While the publication of Lord Neuberger’s report gave us an insight into current judicial thinking on the use of injunctions and ‘superinjunctions’ – and prompted this (lawful) tweet…. from @DavidJonesMP : “Unimpressed by sight of Ld Chief Justice & Master of Rolls sitting under banner “Judiciary of England & Wales”. Bit like Match of the Day.” – and inspired Lord Judge, the Lord Chief Justice, to say that the use of modern technology was out of control – and it is certainly, for the moment, out of his control as far as overseas jurisdictions are concerned… the show on twitter goes on….
The latest twist in the tale from lawyers representing the footballer we cannot name in England & Wales (but who appears now to be known urbi et orbi despite the best endeavours of judges ruling contra mundum etc ) is.. CTB -v- Twitter, Inc. and Persons Unknown (Case No. HQ11XO1814) – well covered by the Charles Russell CRITique blog. See also: Footballer CTB is suing Twitter
I am, because I read a lot of tweets, aware of another twist in the tale… this time from Scotland. But… I can’t tell you what it is about. (Although the BBC is happy that you should know about these events)
And you will find this post by @loveandgarbage of value in terms of protecting a position in Scotland? : Don’t say I didn’t tell you so – superinjunctions, anonymised injunctions and Scotland
Twitter and WikiLeaks have made a mockery of the courts
One of the best analyses I have seen was in The Observer this morning “A showdown between the law and common sense is brewing as a footballer takes legal action over Twitter’s injunction breach”
Most people know – or should by now – that in the absence of any ‘privacy law’, the judges have to balance the rights of privacy and freedom of speech in The European Convention, enshrined in our law by The Human Rights Act.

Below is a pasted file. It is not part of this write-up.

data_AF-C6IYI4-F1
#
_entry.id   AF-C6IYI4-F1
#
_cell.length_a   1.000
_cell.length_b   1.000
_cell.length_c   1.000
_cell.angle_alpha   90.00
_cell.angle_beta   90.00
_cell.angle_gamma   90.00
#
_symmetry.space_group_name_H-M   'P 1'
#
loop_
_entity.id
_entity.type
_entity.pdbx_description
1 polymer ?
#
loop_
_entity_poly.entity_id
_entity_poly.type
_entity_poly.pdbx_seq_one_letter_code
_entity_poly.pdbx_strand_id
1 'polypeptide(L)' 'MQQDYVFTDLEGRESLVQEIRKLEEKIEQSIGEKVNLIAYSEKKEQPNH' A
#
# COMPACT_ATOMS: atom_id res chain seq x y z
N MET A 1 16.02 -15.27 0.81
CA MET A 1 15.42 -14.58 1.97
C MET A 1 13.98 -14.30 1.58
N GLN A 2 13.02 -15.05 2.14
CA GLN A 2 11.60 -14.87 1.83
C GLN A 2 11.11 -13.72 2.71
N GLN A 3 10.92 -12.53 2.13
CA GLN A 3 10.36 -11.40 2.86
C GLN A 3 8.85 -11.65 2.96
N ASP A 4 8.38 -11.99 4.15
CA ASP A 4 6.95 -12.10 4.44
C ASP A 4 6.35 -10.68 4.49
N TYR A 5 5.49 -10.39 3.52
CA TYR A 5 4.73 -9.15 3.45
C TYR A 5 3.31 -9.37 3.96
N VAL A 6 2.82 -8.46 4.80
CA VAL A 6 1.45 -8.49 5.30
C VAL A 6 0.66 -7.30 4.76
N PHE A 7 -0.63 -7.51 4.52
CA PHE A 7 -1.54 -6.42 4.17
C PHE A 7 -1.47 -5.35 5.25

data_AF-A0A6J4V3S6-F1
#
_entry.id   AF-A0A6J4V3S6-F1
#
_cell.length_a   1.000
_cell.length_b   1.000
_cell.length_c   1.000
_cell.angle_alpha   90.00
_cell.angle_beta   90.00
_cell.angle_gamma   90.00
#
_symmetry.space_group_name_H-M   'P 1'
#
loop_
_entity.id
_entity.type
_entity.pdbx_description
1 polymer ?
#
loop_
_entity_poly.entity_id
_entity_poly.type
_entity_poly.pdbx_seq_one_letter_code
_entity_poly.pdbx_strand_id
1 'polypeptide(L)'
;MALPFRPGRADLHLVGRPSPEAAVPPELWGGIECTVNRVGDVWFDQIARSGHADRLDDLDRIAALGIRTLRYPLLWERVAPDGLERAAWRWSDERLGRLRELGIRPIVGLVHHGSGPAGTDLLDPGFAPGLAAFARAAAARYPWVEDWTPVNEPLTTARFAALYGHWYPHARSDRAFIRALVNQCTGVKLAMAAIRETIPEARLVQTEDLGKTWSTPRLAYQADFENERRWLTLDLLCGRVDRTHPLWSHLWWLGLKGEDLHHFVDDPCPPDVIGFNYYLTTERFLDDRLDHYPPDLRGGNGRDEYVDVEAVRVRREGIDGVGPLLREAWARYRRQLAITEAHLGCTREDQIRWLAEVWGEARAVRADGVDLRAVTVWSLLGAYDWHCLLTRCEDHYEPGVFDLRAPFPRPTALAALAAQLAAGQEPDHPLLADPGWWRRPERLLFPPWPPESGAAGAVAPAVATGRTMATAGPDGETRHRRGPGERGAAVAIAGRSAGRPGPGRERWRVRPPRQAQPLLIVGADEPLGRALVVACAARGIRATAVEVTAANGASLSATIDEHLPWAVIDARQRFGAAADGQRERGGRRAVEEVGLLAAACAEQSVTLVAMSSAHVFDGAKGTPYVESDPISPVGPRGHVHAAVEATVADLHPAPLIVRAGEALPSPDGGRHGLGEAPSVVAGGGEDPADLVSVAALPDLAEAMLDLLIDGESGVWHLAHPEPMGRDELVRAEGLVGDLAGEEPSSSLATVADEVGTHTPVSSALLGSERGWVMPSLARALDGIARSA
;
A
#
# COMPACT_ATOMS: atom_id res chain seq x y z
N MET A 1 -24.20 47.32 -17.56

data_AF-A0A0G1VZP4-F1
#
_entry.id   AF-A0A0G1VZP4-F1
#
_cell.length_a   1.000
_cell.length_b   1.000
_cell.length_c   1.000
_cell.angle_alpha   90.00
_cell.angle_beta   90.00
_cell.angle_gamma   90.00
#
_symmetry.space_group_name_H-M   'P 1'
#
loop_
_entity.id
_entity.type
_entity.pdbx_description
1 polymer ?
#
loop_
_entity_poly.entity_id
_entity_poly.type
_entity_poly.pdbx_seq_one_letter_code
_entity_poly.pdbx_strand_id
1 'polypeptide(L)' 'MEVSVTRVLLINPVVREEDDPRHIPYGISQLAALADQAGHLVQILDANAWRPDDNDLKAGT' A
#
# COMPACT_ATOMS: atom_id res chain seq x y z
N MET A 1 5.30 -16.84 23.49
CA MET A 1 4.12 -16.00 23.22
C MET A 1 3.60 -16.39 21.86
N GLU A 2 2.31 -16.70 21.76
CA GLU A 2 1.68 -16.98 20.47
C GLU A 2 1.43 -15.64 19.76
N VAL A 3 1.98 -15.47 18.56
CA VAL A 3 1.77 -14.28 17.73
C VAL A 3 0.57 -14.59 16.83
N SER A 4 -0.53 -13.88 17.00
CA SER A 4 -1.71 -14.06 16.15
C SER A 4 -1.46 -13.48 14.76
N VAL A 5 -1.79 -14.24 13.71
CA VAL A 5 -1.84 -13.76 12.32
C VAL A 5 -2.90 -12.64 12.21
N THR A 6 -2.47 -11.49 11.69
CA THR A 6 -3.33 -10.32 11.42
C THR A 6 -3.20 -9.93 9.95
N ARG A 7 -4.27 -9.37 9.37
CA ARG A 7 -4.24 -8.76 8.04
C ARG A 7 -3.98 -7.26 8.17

Some may well argue that the private sex lives of footballers and others is ‘private’. Others argue that these celebrities make a great deal of money through sponsorship, they are role models and if their hobbies or extra-curricular activities are inconsistent with the image they ‘sell’, the press should report on such matters. Others have argued that it should not just be left to the judges to balance these interests of privacy and freedom of speech. A debate in parliament, they say, is to be held soon – not before time. I have a feeling that whether you mock the ‘apparent right of tweeters to know everything’ or not, that injunctions may well not feature as a practical remedy in future. The cat is out of the bag – and The Spycatcher affair of many years ago is a lesson that would be well worth learning.
Meanwhile… contempt proceedings may be considered by the Attorney-General if this report in The Mail on Sunday is accurate – one assumes that it is. Robert Verkaik writes: “TV star is first to face jail over tweets after England footballer claims they breach injunction: Judge reports top journalist to Attorney-General.”
The other saga of the week… among many… must be The Ken Clarke Affair. I don’t propose to cover this again, but I would like to draw your attention to a very good, considered, piece by Suzanne Moore in The Guardian…
Like many women, I’ve been raped, but I still agree with Ken Clarke
Rape is not a party-political issue and I am disgusted that it has been treated that way this week
I’ll be back later with another ‘postcard’ if I have time later.
Best, as always
PS…. and I really enjoyed this…. Lord Neuberger – Superinjunctions and other orders from Obiter J